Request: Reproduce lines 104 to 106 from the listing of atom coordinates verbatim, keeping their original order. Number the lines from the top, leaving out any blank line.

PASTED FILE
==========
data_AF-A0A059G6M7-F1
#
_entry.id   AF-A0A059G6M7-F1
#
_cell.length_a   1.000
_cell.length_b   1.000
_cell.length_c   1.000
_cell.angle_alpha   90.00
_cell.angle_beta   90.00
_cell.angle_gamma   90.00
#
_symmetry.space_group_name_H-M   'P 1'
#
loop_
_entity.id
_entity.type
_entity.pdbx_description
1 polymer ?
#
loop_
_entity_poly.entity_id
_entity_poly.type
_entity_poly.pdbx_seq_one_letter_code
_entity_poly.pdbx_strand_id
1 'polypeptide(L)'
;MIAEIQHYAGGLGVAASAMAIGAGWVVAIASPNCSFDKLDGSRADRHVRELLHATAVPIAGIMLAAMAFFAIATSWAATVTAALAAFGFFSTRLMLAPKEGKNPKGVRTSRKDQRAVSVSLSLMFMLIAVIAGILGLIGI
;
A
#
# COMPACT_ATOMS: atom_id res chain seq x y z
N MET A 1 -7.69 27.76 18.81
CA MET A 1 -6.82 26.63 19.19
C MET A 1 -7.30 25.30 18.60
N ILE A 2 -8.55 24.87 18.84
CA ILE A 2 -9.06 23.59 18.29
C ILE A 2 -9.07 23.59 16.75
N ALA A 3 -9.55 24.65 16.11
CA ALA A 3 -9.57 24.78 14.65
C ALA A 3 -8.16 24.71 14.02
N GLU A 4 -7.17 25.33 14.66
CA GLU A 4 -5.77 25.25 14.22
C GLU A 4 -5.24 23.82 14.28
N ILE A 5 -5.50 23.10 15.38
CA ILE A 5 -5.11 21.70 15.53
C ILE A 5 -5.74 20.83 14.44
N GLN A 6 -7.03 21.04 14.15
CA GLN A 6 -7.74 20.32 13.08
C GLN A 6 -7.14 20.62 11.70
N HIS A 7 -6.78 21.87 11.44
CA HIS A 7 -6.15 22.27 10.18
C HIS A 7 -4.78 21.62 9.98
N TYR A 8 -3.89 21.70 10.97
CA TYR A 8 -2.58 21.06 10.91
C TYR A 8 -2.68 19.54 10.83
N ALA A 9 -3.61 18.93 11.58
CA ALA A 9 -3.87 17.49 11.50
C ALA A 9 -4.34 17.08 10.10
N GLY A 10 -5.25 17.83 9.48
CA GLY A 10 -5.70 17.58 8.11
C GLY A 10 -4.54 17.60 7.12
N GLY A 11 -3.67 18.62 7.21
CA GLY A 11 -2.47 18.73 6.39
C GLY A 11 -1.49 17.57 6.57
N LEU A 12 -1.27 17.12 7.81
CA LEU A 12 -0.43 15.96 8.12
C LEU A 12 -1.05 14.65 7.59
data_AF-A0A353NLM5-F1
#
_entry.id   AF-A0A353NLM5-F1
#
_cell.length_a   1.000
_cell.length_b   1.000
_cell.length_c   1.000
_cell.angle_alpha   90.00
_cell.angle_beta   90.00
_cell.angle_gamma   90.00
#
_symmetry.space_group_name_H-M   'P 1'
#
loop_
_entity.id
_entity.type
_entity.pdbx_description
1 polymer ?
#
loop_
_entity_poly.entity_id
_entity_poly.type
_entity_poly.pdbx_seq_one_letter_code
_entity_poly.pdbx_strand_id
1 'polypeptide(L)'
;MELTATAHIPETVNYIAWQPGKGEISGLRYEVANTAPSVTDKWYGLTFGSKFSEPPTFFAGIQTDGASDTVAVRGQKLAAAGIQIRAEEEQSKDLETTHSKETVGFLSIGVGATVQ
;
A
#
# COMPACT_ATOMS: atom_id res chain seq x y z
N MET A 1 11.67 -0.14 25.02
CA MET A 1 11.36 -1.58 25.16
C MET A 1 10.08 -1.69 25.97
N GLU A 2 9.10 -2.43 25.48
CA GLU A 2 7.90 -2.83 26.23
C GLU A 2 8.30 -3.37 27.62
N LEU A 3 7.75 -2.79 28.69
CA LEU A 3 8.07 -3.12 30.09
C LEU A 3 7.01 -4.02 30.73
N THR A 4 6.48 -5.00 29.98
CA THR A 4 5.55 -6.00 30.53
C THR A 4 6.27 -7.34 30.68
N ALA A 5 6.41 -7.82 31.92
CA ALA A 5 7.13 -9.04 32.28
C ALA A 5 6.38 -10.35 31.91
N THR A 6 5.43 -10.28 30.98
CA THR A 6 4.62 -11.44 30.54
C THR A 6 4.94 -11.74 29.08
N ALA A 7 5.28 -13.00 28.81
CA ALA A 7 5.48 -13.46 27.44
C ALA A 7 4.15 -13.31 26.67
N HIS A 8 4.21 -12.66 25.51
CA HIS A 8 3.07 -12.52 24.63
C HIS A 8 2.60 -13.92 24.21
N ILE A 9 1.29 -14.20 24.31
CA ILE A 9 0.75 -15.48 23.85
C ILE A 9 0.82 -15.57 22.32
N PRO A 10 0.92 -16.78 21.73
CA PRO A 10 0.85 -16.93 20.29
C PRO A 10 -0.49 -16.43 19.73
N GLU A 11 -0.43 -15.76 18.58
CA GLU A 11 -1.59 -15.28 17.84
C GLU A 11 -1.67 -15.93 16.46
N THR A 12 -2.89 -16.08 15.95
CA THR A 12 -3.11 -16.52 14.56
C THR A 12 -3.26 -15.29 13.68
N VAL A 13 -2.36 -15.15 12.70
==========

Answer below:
CA LEU A 3 8.07 -3.12 30.09
C LEU A 3 7.01 -4.02 30.73
N THR A 4 6.48 -5.00 29.98